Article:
She was probably relieved to get way from the court with all its plots and petty jealousies and the temper outbursts of her sister, it is a pity she died quite young before being able to enjoy her inheritance, but after her parents died she must have been quite depressed having already lost her two younger siblings, she had the love of her husband William Stafford to hold onto and her two children, if only we knew where she was buried, she could have died in childbirth, as Bq and I both commented we know nothing about the child she was carrying when she first appeared at court, I should imagine she was buried with her dead infant as it must obviously have died, there being no record of it, we do not know what she died either of she fades into obscurity again like she did throughout her life, I loved the letter she wrote to Cromwell where she wrote she could have had a greater man and also where Bq mentions she would rather beg her bread with him, also the rather sad remark she made with the words ‘I saw all the world set so little by me and he so much‘.., this tells us that Mary perhaps was not considered with much regard by her family, though they loved her but maybe she was not as intelligent as George and Anne, and perhaps her affairs with both the king of France and England left a sour note with both parents, the way she was cast of by Henry V111 quite possibly was the reason or one of the reasons Anne was reluctant to get involved with him, also Sir Thomas Boleyn and his wife could have had quite high moral standards, Thomas especially was not happy with Anne’s involvement with the king, so we can assume he must have felt the same way about Mary, maybe they considered their eldest child rather stupid and immoral? To me and I think many she comes across as a warm hearted girl very human and much more likeable than her termagant of a sister, I do hope one day her last resting place is discovered it would be a great find, and would fit one of the puzzles about Mary Boleyn we long to know.

      1. Michael Wright says:

        Here’s something to think about:all of the billions of people who ever lived who died without leaving really any kind of legacy and who’s names we will never know and each has a story to tell. We really know very little. It’s amazing connections can be made as many of those unknown are the inspiration or influencers of those we do. Just a thought exercise.

        1. Michael Wright says:

          The Gettysburg caretakers were Elizabeth and Peter Thorn.

  5. Banditqueen says:

    Mary was so maligned by those around her and by a reputation given her by her first lover, the King of France. I say first lover with caution as we again don’t know when she was, for how long and other than his boasting, indeed if she was. I believe the affair was very short and Mary quite young. We only know that she slept with Henry because he petitioned to end his marriage to Katherine. The affair was so secret, nobody knew of it. I don’t accept that he forced her but his experience and presence, his charismatic personality probably charmed her into his bed. Henry asked Rome to grant him two very extraordinary dispensations in 1527, one to allow him to marry the sister of someone unnamed he had slept with and one to allow the possibility of having two wives. His relationship with Anne would be incestuous because he had slept with her sister. Historians think he had an affair with Mary around Shrovetide 1522 because of the tournament with the wounded heart banners, but that’s just how people dressed at tournaments. If the affair was any time it was prior to her marriage in 1520 or in 1523/4 making Henry her daughter’s father. It’s really impossible to say. However, I think also it was brief and I don’t see why Henry as other Kings had done wouldn’t claim all of his illegitimate children, if he had more than one.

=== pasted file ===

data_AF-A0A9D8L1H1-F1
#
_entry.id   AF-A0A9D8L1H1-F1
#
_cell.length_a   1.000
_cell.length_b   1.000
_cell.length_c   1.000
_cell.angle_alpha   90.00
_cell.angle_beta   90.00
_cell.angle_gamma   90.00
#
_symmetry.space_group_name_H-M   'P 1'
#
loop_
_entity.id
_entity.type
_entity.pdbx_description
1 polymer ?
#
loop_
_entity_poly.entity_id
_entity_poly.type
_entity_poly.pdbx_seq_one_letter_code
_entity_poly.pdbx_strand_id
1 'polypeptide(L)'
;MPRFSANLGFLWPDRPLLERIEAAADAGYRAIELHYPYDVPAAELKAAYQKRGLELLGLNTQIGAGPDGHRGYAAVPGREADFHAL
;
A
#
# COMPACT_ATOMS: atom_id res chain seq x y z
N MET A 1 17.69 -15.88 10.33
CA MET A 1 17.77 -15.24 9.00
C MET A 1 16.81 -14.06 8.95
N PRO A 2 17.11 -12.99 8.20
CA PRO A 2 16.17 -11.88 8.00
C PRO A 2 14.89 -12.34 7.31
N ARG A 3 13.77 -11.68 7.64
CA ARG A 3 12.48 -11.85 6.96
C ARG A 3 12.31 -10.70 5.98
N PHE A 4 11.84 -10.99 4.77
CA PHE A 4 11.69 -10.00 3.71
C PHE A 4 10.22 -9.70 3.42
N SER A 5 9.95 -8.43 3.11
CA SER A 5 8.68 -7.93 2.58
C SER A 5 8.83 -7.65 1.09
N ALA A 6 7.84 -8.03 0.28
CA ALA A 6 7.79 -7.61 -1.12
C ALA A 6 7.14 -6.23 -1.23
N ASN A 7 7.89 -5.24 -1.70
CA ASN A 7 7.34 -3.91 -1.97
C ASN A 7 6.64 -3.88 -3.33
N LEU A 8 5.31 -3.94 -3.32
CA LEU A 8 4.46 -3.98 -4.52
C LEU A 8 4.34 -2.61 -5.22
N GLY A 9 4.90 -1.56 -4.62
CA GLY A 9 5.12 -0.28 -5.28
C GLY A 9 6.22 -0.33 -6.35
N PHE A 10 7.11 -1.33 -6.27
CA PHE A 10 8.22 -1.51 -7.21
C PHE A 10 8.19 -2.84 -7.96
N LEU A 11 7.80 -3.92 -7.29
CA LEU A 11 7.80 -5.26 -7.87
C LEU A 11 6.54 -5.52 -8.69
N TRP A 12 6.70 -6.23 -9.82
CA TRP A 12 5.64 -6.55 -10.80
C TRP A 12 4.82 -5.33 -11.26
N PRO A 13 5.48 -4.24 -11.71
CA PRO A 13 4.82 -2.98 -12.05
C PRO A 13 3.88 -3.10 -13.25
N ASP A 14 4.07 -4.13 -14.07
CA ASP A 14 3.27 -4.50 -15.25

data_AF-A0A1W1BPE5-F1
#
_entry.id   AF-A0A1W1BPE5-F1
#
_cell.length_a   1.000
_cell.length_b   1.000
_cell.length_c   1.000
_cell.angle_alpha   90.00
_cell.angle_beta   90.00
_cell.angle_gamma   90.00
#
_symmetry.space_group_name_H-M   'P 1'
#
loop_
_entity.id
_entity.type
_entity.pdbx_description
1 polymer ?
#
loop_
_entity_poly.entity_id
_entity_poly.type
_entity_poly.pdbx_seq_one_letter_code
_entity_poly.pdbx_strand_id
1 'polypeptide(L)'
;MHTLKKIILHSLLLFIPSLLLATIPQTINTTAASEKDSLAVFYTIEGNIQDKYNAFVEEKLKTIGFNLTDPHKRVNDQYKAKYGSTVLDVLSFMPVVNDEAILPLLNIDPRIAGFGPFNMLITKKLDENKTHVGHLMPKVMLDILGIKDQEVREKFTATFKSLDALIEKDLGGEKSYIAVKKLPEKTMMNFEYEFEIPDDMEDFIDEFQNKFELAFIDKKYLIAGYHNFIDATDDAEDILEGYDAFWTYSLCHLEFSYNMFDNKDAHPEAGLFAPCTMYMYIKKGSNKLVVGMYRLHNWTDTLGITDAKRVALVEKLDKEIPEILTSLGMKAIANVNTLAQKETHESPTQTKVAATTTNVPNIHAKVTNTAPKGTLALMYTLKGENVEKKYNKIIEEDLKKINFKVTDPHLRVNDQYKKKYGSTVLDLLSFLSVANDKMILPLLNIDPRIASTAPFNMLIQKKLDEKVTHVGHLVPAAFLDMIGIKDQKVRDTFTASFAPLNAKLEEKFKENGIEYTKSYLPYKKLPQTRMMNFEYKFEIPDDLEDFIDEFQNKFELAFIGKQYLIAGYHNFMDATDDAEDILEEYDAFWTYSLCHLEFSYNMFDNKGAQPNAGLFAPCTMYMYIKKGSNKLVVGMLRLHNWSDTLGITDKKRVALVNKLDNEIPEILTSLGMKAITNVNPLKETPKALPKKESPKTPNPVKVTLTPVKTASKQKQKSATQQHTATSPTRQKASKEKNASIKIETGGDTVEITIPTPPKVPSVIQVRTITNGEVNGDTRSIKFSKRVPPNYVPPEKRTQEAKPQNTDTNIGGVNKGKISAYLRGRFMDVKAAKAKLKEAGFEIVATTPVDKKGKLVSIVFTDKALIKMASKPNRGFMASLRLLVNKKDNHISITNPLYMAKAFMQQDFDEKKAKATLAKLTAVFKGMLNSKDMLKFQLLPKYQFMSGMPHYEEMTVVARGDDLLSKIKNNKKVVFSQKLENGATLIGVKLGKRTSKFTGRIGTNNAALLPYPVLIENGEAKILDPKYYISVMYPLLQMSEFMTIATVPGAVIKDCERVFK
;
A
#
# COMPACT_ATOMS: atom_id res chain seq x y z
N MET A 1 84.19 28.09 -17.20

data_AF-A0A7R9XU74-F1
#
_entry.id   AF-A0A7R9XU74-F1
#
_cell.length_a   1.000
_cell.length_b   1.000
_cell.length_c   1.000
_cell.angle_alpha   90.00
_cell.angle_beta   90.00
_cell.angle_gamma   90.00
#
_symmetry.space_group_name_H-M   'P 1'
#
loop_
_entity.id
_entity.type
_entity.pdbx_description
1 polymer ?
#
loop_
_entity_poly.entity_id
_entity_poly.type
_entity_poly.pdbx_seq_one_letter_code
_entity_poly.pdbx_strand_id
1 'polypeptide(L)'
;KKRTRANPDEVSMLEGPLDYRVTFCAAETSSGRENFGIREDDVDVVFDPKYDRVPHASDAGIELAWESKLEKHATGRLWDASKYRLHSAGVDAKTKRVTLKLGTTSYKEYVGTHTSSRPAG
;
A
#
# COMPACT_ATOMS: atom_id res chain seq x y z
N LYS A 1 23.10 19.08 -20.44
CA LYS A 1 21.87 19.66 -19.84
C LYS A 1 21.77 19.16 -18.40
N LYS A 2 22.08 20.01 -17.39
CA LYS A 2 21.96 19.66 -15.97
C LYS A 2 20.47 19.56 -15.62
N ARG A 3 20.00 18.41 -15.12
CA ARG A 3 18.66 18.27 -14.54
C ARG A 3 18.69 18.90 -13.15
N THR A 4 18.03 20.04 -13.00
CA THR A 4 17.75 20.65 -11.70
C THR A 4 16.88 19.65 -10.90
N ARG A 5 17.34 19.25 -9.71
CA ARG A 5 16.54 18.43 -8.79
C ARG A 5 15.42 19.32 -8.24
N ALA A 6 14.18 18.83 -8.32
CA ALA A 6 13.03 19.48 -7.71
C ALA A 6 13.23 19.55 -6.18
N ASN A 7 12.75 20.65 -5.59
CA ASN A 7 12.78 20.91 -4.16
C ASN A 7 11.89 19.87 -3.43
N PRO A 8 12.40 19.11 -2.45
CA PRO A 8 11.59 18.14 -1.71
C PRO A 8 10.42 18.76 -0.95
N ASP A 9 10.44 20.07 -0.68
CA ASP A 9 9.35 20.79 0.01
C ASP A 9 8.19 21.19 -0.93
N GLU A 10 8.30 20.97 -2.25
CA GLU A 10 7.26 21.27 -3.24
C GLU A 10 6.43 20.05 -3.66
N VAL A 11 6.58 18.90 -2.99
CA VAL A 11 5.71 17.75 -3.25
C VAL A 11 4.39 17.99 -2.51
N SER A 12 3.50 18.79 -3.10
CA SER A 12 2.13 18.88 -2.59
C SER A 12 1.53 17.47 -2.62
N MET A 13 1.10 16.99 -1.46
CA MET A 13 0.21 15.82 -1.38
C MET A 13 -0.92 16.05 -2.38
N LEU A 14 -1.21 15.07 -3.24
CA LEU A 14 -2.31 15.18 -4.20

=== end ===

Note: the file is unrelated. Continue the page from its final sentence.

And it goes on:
Mary also comes over to me as the quieter of the two sisters, the kinder, the one who was more accepting and the one who didn’t have the same ambitions. In her letter she comes across as a young woman who has been told all her life she isn’t good enough because of her reputation and she accepted William because he accepted her for whom she was. She loved him and he was as good to her as he could be, which was more than her first husband probably was. Yes, she probably did feel glad to be away from Court, especially with all the attention now on Anne and the King. She would have been about 41 to 43 when she died if we accept a DOB of 1500 to 1502/3 which was sadly an average age in Tudor times, but certainly young by ours and she didn’t have long enough to enjoy any real comfort. We don’t know where she is buried, although surely what family she did made sure she didn’t lay in a paupers grave? I hope not, but the thought just occurred to me. Of course graves and tombs have been lost as churches were lost over the years, but one would hope she was buried at Hever. I don’t know where her husband was buried but I believe he did remarry. Lets hope Mary Boleyn is found one day. Like her family she is in Heaven and therefore her tomb is only for us to pray tribute.